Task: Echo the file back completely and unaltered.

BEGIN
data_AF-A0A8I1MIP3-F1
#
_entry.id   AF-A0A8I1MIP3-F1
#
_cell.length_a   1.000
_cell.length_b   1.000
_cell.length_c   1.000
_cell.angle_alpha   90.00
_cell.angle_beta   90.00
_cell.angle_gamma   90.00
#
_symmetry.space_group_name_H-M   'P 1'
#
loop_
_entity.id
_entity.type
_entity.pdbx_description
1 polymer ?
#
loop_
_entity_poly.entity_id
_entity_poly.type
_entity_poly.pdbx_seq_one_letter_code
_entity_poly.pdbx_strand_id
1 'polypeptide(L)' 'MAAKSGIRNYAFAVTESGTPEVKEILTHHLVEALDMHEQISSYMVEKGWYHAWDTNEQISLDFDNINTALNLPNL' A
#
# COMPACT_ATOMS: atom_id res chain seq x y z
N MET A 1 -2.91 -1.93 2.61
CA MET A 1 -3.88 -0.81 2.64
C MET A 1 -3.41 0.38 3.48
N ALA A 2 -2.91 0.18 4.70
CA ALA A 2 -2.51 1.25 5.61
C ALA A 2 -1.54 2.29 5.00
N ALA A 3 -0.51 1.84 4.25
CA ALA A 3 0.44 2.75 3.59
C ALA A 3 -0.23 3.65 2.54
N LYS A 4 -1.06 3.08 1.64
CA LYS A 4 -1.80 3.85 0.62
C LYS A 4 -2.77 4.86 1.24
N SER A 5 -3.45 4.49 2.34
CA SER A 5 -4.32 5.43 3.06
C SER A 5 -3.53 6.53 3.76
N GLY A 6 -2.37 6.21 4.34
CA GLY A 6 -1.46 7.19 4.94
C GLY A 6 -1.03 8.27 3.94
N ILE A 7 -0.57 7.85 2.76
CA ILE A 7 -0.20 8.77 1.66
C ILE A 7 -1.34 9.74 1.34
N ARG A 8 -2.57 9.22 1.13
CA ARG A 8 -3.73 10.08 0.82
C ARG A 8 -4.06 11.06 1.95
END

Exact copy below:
data_AF-A0A8I1MIP3-F1
#
_entry.id   AF-A0A8I1MIP3-F1
#
_cell.length_a   1.000
_cell.length_b   1.000
_cell.length_c   1.000
_cell.angle_alpha   90.00
_cell.angle_beta   90.00
_cell.angle_gamma   90.00
#
_symmetry.space_group_name_H-M   'P 1'
#
loop_
_entity.id
_entity.type
_entity.pdbx_description
1 polymer ?
#
loop_
_entity_poly.entity_id
_entity_poly.type
_entity_poly.pdbx_seq_one_letter_code
_entity_poly.pdbx_strand_id
1 'polypeptide(L)' 'MAAKSGIRNYAFAVTESGTPEVKEILTHHLVEALDMHEQISSYMVEKGWYHAWDTNEQISLDFDNINTALNLPNL' A
#
# COMPACT_ATOMS: atom_id res chain seq x y z
N MET A 1 -2.91 -1.93 2.61
CA MET A 1 -3.88 -0.81 2.64
C MET A 1 -3.41 0.38 3.48
N ALA A 2 -2.91 0.18 4.70
CA ALA A 2 -2.51 1.25 5.61
C ALA A 2 -1.54 2.29 5.00
N ALA A 3 -0.51 1.84 4.25
CA ALA A 3 0.44 2.75 3.59
C ALA A 3 -0.23 3.65 2.54
N LYS A 4 -1.06 3.08 1.64
CA LYS A 4 -1.80 3.85 0.62
C LYS A 4 -2.77 4.86 1.24
N SER A 5 -3.45 4.49 2.34
CA SER A 5 -4.32 5.43 3.06
C SER A 5 -3.53 6.53 3.76
N GLY A 6 -2.37 6.21 4.34
CA GLY A 6 -1.46 7.19 4.94
C GLY A 6 -1.03 8.27 3.94
N ILE A 7 -0.57 7.85 2.76
CA ILE A 7 -0.20 8.77 1.66
C ILE A 7 -1.34 9.74 1.34
N ARG A 8 -2.57 9.22 1.13
CA ARG A 8 -3.73 10.08 0.82
C ARG A 8 -4.06 11.06 1.95